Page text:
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Friday Roundup

The Lindsey defendants argue that “repeated and intentional government misconduct” requires dismissal of their jury convictions, a nondescript Commerce Department statement regarding the July 22nd FCPA Business Roundtable, a World Bank service opportunity, there is now competing FCPA insurance products, Ethisphere launches its Anti-Corruption Resource Center, and the DOJ’s Travel Act opposition brief in Carson … its all here in the Friday Roundup.

Lindsey Supplemental Motion to Dismiss Based on Government Misconduct

A previous post (here) asked whether the Lindsey convictions were hanging by a thread and summarized the June 27th hearing on defendants’ prosecutorial misconduct motion during which Judge Matz made some rather damning comments concerning the DOJ’s first-ever corporate FCPA jury trial verdict. Earlier this week, Lindsey Manufacturing, Keith Lindsey and Steven Lee filed a “Supplemental Brief In Support of Motion to Dismiss the Indictment With Prejudice Due to Repeated and Intentional Government Misconduct” (see here and here in two parts).

Highly factual, the brief begins as follows. “The investigation and prosecution of this case were permeated with instances of purposeful, prejudicial government misconduct. The government’s misconduct was patent and pervasive, designed to win the case, not do justice.” Counsel for Lindsey Manufacturing and Keith Lindsey, Jan Handzlik (Greenberg Traurig – here) stated as follows. “Considered individually or on a cumulative basis, the government’s conduct was extraordinarily damaging. We believe this unfair prejudice should result in a dismissal.”

The Lindsey case was profiled in a July 22nd Wall Street Journal article which detailed how “the Justice Department is grappling with a string of high-profile blunders that have prompted stinging rebukes from judges.” Interestingly, the WSJ did not profile the recent mistrial in the DOJ’s high-profile Africa Sting case (see here for the prior post).

As to the Africa Sting case, this recent post from the Blog of Legal Times detailed a hearing earlier this week in the case during which the DOJ said it “wants to retry the first four defendants before any of the other trials.”

Commerce Department Statement Regarding the July 22nd Business Roundtable

On July 22nd, the Commerce Department hosted, along with Assistant Attorney General Lanny Breuer and SEC Enforcement Director Robert Khuzami, a business roundtable on the Foreign Corrupt Practices Act. The statement (here) released yesterday by Cameron Kerry (Commerce Department General Counsel)  stated as follows. “Over twenty company representatives from a wide range of business sectors, sizes, and geographic locations participated. Participants were recommended by business associations with an interest in this area. We engaged in an open and constructive dialogue and many participants noted that U.S. business and the government must work together to fight international bribery and corruption in order to uphold the rule of law and support human rights. We heard an array of concerns, complaints, and compliments about the statute, its enforcement and related guidance, and I was encouraged by the large turnout, the frank conversation, and the clear dedication of all participants to address the corrosive impact of corruption on international commerce.”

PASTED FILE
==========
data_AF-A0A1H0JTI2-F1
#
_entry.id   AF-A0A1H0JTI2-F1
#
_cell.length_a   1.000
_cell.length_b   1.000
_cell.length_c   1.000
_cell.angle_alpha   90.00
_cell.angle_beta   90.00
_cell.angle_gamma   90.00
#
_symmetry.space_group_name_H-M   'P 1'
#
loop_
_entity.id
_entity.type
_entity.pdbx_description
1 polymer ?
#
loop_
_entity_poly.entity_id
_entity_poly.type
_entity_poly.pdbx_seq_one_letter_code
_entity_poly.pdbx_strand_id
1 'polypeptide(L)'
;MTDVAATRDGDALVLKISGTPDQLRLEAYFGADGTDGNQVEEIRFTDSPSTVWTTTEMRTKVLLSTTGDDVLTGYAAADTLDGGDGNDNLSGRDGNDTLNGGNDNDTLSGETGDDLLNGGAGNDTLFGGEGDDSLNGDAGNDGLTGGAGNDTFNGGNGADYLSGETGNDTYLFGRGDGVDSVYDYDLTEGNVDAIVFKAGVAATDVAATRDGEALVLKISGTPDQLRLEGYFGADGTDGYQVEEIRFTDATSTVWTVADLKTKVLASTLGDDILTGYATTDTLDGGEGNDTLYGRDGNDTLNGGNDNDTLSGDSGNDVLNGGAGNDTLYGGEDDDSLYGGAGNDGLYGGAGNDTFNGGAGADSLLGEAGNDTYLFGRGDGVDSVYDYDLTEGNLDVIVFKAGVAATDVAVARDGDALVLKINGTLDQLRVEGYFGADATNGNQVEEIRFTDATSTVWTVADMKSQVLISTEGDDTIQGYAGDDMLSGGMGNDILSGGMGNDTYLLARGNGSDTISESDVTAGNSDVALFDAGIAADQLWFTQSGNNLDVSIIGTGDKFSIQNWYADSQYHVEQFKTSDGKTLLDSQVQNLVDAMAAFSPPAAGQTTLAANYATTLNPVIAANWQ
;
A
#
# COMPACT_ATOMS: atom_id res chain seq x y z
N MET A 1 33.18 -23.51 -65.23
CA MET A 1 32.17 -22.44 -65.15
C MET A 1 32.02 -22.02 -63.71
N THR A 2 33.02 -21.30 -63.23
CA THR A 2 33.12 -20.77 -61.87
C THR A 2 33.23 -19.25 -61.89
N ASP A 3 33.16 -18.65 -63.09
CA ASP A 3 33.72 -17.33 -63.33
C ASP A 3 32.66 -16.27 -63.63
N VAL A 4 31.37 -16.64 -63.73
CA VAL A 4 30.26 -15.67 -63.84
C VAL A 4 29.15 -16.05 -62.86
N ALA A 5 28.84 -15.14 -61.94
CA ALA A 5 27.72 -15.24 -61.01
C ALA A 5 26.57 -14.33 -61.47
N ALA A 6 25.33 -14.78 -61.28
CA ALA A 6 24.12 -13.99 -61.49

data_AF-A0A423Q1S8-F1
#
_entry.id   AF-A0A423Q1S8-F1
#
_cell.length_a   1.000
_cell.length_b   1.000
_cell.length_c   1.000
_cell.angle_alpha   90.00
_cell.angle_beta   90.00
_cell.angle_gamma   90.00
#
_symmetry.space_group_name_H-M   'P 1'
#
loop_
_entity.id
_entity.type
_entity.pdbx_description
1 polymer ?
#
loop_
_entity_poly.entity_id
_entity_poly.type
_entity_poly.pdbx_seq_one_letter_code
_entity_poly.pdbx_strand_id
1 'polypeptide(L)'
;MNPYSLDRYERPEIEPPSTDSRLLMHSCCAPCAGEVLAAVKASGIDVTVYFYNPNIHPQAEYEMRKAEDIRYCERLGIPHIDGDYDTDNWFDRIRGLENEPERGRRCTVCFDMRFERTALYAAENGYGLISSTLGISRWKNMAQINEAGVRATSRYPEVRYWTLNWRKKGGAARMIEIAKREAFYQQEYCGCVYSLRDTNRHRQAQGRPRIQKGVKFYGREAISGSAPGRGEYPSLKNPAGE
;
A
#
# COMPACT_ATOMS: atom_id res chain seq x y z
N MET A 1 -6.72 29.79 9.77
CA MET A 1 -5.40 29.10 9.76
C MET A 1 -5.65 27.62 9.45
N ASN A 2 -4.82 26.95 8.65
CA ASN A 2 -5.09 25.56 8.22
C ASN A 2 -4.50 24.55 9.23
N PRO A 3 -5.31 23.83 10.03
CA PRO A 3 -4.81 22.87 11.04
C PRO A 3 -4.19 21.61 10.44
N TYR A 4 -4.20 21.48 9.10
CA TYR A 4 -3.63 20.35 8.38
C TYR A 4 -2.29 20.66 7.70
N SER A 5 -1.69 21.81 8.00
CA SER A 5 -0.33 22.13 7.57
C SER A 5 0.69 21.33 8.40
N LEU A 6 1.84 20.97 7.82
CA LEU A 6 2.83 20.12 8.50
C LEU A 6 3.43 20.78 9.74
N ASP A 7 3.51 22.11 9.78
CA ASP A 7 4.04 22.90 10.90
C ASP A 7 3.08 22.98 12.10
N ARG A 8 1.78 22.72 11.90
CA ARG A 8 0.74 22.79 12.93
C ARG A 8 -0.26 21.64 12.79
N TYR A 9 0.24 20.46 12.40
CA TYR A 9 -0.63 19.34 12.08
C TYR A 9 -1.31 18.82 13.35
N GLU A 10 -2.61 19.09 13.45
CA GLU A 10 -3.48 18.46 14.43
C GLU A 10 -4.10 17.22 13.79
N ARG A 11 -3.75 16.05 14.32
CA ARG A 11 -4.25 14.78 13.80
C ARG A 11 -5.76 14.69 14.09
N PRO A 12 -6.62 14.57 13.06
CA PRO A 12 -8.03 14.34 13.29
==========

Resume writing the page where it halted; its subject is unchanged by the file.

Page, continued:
World Bank Sanctions Board Vacancies

The World Bank Sanctions Board is comprised of four external members and three internal (World Bank staff) members. The World Bank is inviting applications and nominations for the positions of two Sanctions Board members to be selected from among non-Bank staff. To learn more see here.

Additional FCPA Insurance Option

A prior post (here) noted that an insurance company (Chartis ) has begun offering Foreign Corrupt Practices Act insurance and how this development only confirmed that FCPA Inc. has become a full-fledged industry in and of itself. Recently, Marsh also launched (here) its own FCPA insurance product. As described in the company’s brochure, “FCPA Corporate Response” – “reimburses companies for investigation costs including legal, accounting, auditing, and consulting fees due to an FCPA claim;” “provides coverage for both the organization and individuals for FCPA investigations;” and “acts as primary insurance to a directors and officers (D&O) liability policy to immediately protect individual directors and officers.” The insurance also covers investigations under the U.K. Bribery Act as well.

Ethisphere Launches Anti-Corruption Resource Center

Earlier this week, Ethisphere (a leading international think-tank dedicated to the creation, advancement and sharing of best practices in business ethics, corporate social responsibility, anti-corruption and sustainability) launched its Anti-Corruption Resource Center – see here for the release. A mix of freely accessible and password protected information, the Anti-Corruption Resource Center contains, among other things, various article regarding FCPA and compliance topics, a schedule of upcoming FCPA conferences and events.

DOJ’s Travel Act Opposition Brief

A prior post (here) discussed certain of the Carson defendants motion to dismiss Travel Act charges based on alleged bribes to employees of private companies located in China and Russia. Among other things, defendants argued that the Travel Act has no foreign application.

Recently, the DOJ filed (here) its opposition brief. According to the DOJ, “[b]ecause the majority of defendants’ unlawful conduct was based in the United States, the statutes at issue [the Travel Act and California’s commercial bribery statute] reach defendants’ conduct without any resort to extraterritorial application.” As stated by the DOJ, “defendants S. Carson, R. Carson, Cosgrove, and Edmonds were all U.S. citizens and served as executives at CCI’s headquarters in Rancho Santa Margarita, California” and a “significant portion of the four defendants’ acts in furtherance of the conspiracy occurred either in the United States or through communications with individuals in the United States.” The DOJ further argued as follows. “Although the Court need not consider the question of whether the Travel Act applies extraterritorially, the plain language of the statute, the legislative history, and the case law all indicate that the Travel Act does apply extraterritorially.”